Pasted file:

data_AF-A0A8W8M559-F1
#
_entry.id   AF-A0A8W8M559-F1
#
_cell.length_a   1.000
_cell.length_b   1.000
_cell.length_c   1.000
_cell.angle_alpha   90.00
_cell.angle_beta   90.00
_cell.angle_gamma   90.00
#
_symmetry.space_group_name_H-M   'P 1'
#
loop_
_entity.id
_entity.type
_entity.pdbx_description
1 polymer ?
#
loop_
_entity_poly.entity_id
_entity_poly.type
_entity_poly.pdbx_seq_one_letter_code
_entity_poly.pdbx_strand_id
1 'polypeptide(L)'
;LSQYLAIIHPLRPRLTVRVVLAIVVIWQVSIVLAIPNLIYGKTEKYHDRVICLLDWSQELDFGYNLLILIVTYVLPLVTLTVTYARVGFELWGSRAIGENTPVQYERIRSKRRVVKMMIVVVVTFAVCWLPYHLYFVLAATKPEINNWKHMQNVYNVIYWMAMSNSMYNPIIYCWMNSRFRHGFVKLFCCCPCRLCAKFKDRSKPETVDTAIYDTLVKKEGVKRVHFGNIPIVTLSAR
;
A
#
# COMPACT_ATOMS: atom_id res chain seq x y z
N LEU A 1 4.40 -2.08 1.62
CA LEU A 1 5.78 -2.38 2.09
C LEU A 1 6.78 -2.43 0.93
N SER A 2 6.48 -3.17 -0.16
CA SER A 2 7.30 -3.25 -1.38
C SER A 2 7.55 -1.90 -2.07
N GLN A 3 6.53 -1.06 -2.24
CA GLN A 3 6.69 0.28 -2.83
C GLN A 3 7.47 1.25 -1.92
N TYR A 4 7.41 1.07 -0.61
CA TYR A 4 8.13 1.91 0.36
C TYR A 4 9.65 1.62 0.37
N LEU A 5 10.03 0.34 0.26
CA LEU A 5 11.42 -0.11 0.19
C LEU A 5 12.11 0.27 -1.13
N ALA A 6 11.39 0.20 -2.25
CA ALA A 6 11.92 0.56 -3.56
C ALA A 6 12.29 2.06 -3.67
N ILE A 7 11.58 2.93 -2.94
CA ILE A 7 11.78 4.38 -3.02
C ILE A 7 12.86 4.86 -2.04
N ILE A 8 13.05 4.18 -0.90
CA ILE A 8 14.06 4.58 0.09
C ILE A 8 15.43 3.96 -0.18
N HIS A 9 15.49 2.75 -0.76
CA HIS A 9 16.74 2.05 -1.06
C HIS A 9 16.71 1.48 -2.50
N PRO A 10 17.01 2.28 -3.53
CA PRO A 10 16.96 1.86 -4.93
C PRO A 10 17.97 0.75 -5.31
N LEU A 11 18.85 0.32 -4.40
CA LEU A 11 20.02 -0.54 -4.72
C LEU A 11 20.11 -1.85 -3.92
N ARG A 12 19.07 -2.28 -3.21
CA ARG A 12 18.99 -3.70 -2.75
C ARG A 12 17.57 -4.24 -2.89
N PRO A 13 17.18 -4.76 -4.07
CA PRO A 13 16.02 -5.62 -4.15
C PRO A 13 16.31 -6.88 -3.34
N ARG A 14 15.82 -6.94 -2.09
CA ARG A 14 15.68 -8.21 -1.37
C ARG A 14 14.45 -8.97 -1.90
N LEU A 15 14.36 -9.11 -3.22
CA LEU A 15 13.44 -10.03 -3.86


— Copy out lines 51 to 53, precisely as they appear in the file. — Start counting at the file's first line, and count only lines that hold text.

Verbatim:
C ILE A 7 12.86 4.86 -2.04
N ILE A 8 13.05 4.18 -0.90
CA ILE A 8 14.06 4.58 0.09